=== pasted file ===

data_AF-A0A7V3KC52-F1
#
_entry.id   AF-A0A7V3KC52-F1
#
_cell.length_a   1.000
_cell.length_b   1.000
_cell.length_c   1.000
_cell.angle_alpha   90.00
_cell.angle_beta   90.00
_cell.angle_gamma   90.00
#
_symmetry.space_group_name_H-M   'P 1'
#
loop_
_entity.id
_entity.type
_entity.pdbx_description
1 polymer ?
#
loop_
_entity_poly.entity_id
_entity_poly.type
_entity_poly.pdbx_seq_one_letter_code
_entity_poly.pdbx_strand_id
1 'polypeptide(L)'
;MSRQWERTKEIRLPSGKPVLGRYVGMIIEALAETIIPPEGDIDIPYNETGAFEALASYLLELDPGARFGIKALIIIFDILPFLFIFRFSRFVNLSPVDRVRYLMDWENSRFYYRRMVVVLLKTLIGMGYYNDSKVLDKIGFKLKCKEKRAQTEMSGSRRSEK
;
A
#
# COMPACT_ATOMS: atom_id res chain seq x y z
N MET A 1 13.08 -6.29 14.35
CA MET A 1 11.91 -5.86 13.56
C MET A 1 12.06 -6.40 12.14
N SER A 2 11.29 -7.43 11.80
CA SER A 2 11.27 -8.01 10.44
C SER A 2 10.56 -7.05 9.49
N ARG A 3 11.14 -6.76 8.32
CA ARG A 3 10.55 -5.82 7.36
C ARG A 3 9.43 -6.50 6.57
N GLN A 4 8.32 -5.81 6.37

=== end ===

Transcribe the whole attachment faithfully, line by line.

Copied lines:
data_AF-A0A7V3KC52-F1
#
_entry.id   AF-A0A7V3KC52-F1
#
_cell.length_a   1.000
_cell.length_b   1.000
_cell.length_c   1.000
_cell.angle_alpha   90.00
_cell.angle_beta   90.00
_cell.angle_gamma   90.00
#
_symmetry.space_group_name_H-M   'P 1'
#
loop_
_entity.id
_entity.type
_entity.pdbx_description
1 polymer ?
#
loop_
_entity_poly.entity_id
_entity_poly.type
_entity_poly.pdbx_seq_one_letter_code
_entity_poly.pdbx_strand_id
1 'polypeptide(L)'
;MSRQWERTKEIRLPSGKPVLGRYVGMIIEALAETIIPPEGDIDIPYNETGAFEALASYLLELDPGARFGIKALIIIFDILPFLFIFRFSRFVNLSPVDRVRYLMDWENSRFYYRRMVVVLLKTLIGMGYYNDSKVLDKIGFKLKCKEKRAQTEMSGSRRSEK
;
A
#
# COMPACT_ATOMS: atom_id res chain seq x y z
N MET A 1 13.08 -6.29 14.35
CA MET A 1 11.91 -5.86 13.56
C MET A 1 12.06 -6.40 12.14
N SER A 2 11.29 -7.43 11.80
CA SER A 2 11.27 -8.01 10.44
C SER A 2 10.56 -7.05 9.49
N ARG A 3 11.14 -6.76 8.32
CA ARG A 3 10.55 -5.82 7.36
C ARG A 3 9.43 -6.50 6.57
N GLN A 4 8.32 -5.81 6.37